Governor Newsom signed the state’s main budget bill for 2024-25, Assembly Bill 107. The full details of the finalized budget can be found here.

We are glad to share that there are no cuts to the ongoing base budget of the CSU for 2024-25. Therefore our 2024-25 re-opener contract increases are preserved, including the 5-percent General Salary Increase for all faculty, effective July 1, 2024.

We anticipate the 2024-25 compensation increases to be posted soon, but not in time for July 1 pay warrants; there will be a retro payment to cover July and corrected salaries going forward. Read our Faculty Rights Tip on how to access your salary information and verify that your raise(s) are processed correctly. You can also check Cal Employee Connect to verify that you are receiving these payments.

Throughout the legislative budget process, the governor and our legislative allies have maintained that funding to the CSU is integral to California. CFA member activists and statewide officers regularly attended budget committee hearings and made our presence felt at Lobby Days to make sure that the governor and legislators understood that funding the CSU had to be a priority. We want to thank the governor and legislators for following through on their commitments to public higher education.

As you may have seen, though, there are significant cuts in the final budget to critical agencies and programs. Various cuts to public agencies and social services will imperil the most marginalized in the state. We are deeply concerned about how these cuts will impact historically marginalized communities; for example, reductions in funds devoted to affordable housing and delaying a minimum wage increase for about 426,000 healthcare workers. A proposal to grow Cal Grant by 137,000 students and a more modest proposal were both rejected.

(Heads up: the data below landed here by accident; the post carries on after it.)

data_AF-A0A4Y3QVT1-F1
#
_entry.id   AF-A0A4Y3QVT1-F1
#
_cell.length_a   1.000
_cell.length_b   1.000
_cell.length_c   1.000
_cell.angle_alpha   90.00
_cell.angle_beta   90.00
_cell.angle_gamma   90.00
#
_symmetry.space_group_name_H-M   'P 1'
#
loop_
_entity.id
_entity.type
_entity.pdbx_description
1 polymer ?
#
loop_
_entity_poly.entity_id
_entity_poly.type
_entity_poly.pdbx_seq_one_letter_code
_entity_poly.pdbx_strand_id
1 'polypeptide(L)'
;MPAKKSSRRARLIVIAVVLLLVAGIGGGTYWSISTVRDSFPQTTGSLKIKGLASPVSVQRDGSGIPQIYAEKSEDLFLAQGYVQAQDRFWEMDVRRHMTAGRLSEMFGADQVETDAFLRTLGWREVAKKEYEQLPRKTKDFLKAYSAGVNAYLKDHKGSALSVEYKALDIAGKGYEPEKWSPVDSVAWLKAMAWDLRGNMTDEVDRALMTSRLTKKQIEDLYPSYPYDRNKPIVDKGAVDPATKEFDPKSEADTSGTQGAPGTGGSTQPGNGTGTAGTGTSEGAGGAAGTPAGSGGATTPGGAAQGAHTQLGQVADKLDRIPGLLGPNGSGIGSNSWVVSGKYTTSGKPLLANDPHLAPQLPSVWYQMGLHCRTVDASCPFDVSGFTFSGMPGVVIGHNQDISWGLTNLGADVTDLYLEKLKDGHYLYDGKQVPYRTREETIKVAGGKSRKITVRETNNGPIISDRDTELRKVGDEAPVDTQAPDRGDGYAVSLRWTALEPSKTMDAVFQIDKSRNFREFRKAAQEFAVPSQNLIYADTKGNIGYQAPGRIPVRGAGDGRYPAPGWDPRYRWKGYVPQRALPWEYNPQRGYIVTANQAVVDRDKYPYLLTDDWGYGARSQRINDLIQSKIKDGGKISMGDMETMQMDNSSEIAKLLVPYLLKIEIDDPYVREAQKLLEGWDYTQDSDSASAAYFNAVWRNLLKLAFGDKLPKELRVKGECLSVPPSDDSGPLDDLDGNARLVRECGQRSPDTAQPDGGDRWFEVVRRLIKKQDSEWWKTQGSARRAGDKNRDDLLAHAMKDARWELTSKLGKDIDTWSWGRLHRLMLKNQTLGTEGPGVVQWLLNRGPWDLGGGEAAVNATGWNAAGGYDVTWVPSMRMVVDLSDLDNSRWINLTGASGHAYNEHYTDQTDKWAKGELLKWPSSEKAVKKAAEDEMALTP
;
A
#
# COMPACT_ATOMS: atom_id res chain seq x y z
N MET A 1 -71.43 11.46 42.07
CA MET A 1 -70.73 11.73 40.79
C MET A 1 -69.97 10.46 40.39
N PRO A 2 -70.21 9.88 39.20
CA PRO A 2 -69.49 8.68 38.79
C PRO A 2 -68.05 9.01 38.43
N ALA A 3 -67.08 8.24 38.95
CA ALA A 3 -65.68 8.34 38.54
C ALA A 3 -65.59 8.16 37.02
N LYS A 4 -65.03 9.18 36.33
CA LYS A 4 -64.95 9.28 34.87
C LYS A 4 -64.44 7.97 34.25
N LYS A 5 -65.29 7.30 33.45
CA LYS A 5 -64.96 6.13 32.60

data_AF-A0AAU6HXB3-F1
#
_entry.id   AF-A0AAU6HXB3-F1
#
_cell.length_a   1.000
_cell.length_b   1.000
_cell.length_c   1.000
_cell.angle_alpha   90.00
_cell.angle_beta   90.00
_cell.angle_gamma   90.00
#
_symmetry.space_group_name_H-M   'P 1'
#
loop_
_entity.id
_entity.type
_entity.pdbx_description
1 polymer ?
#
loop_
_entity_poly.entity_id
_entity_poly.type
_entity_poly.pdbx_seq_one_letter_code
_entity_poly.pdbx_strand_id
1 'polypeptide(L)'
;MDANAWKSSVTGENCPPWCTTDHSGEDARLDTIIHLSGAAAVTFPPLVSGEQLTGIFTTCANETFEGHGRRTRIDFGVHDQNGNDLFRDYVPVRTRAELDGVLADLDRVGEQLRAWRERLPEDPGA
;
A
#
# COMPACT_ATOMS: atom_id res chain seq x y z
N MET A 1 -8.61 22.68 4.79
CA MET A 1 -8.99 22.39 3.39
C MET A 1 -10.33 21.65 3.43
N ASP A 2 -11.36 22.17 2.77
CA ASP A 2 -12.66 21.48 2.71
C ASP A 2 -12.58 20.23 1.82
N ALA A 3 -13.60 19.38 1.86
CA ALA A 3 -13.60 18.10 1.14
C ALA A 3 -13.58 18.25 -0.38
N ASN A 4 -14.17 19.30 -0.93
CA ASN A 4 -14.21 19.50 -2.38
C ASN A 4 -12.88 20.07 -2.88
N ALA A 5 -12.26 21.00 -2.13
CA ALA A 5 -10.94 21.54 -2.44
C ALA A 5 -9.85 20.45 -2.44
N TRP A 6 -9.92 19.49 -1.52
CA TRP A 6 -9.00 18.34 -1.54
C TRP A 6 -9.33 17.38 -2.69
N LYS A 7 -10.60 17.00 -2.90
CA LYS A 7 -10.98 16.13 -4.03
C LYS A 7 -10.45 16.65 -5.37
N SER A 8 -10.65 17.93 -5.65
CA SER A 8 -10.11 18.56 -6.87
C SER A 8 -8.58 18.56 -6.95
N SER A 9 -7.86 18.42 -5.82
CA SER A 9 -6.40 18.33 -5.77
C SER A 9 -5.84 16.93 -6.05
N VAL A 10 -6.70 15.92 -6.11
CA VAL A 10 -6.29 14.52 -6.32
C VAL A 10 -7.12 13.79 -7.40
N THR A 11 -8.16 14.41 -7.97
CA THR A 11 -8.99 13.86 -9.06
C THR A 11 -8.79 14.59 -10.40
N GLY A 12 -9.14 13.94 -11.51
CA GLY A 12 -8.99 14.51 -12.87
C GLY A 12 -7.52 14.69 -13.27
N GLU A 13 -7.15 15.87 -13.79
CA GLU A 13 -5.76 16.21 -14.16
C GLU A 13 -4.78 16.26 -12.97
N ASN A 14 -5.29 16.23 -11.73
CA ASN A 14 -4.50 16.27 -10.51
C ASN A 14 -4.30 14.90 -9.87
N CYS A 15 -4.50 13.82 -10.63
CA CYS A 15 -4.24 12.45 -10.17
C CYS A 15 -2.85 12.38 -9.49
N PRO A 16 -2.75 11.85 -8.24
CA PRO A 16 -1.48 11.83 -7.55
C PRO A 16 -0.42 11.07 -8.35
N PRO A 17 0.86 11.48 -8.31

In the governor’s May budget revise a significant cut of $510 million to ongoing funding was proposed for the Middle Class Scholarship Program, leaving only $100 million to keep the program going. This would have affected hundreds of thousands of students across both the CSU and University of California systems, especially undocumented students or students from mixed-status households, who often rely on these scholarships to obtain an education they might not receive otherwise. Our advocacy efforts helped legislators understand that they needed to preserve this important and necessary financial aid fund that helps drive CSU enrollment.

As part of our ongoing budget advocacy, we will continue to join with our union siblings to make sure that this and future budgets do not jeopardize the well-being of our most vulnerable residents and undermine the efforts of families and individuals to find a path out of poverty and thrive. CFA members will continue to demand and work to create a California that is equitable, inclusive, and just for everyone.

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